I spent a lot of time thinking about what kind of mom I didn’t want to be. I observed, I judged, I made sweeping statements. Then I had a kid.
I’m already doing things I used to think were so dumb … like staying in my car for an hour while Gio finishes a nap. Or not leaving our house unless we have a sitter because I don’t want to jack with his bedtime routine. Or doing a “baby and me” yoga class at 11:00 am on a weekday (Two Hearts Yoga, by the way, is LEGIT).
There are a gazillion mommy camps that make people roll their eyes and say “oh she’s THAT mom.” And while I’m not sure which camp I fit into quite yet, I know now that we’re all that mom who just wants the best for her kids and is doing the best she can with what she has. In full disclosure, I believe we do what we are willing to tolerate. Why do some parents have to stick to strict schedules? I don’t know why others do, but I do it for my own sanity. I’ve thought I’d be more go-with-the-flow-who-gives-a-crap-about-naptime, but I’m not. I like having structure and a little predictability. Moms who are OK with more flexibility find that ridiculous. Why? Because what I’m willing to tolerate is differently than what they’re willing to tolerate. And that’s FINE. Do you hear me moms? We’re all just FINE!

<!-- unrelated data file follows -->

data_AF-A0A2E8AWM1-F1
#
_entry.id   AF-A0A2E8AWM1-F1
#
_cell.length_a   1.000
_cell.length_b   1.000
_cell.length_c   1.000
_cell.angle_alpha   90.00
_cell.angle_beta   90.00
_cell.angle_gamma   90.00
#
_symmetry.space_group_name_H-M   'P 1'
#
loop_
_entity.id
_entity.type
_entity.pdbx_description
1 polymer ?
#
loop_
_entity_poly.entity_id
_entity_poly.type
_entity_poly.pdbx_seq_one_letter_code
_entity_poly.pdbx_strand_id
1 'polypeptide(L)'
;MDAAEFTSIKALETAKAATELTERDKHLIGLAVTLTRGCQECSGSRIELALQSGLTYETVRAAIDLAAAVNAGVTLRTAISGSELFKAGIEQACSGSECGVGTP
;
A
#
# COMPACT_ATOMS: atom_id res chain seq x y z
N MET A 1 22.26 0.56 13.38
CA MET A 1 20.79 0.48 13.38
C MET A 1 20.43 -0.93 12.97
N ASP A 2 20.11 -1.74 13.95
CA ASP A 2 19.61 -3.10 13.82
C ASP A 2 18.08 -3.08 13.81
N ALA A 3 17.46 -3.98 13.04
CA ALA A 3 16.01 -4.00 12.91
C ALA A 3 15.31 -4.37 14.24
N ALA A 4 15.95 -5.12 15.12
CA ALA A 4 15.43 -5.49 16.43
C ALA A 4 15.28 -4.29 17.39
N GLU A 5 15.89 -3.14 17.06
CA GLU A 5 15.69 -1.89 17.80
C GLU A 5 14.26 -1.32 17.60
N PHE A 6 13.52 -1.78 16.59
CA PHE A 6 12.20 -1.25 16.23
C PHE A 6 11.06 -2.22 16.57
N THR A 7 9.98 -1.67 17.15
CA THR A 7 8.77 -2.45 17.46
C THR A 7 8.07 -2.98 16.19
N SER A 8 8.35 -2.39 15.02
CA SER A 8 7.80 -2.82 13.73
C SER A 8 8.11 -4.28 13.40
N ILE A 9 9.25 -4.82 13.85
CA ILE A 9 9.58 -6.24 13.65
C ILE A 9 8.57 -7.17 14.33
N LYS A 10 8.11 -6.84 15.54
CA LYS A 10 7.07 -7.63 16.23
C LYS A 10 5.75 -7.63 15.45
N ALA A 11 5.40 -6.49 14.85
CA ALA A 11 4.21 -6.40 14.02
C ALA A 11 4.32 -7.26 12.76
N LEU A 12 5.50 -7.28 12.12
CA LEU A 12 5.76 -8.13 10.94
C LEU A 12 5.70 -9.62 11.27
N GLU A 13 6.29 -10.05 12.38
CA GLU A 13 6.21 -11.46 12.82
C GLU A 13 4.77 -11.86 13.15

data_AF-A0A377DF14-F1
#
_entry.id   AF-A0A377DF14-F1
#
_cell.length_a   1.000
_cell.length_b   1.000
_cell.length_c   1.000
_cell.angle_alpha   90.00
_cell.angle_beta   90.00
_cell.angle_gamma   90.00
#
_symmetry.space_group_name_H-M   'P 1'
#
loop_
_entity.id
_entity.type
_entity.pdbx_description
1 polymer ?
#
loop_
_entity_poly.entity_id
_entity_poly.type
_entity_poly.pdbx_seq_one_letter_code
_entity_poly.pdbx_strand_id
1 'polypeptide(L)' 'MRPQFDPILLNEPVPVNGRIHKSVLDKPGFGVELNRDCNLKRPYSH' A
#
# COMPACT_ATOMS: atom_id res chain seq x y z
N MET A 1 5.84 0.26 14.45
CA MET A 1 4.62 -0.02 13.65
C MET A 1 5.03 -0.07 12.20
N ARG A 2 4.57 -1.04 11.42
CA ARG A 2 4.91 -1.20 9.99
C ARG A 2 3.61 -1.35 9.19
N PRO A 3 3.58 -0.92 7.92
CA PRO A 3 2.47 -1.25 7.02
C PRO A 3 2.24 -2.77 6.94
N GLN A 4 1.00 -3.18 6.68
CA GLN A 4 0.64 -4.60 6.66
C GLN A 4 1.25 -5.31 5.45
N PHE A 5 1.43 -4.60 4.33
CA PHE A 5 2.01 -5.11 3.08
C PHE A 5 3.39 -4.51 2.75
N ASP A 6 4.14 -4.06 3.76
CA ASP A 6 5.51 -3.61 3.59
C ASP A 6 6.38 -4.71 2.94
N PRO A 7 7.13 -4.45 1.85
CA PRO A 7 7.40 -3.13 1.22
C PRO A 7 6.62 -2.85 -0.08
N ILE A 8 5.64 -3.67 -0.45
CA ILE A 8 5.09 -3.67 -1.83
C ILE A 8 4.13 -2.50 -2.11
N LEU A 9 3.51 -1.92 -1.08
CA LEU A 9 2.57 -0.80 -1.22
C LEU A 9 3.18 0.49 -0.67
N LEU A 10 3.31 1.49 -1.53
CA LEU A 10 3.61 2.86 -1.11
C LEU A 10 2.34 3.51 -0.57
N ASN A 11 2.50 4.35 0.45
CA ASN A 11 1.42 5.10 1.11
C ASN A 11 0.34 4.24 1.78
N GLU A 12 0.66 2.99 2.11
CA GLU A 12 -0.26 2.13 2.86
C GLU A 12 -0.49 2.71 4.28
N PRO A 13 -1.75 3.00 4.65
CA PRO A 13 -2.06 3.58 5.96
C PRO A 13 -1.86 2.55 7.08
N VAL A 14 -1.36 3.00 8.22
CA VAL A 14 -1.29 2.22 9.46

For me, I’m at my best when I have designated spaces to focus only on Gio. There are plenty of moments when my time is split between work/life/momming. I have to be intentional about creating moments where it’s just me and him. For the first six months of his life, we would go to yoga once a week (you know, before he started getting all mobile and ruining any chances of me getting real exercise). At the end of each yoga session, I would grab Gio and cuddle him as my act of rest. It was our “thing.” I had become that mom who loves her kid so much she doesn’t give a damn that she’s happy crying on her yoga mat. Now, we do dance parties in our living room or ride the carousel at the mall. It’s less relaxing but totally age-appropriate.
Culturally, we’ve made it acceptable to judge the mom who makes decisions for her family that make us uncomfortable. My goal is to better understand her decision so I can be more supportive. And that posture is so much easier when I’m confident in my own choices. If being a midday yoga mom is what it takes to for me to feel confident, less judgemental and more connected to my son, then I’m honored to have become “that mom.”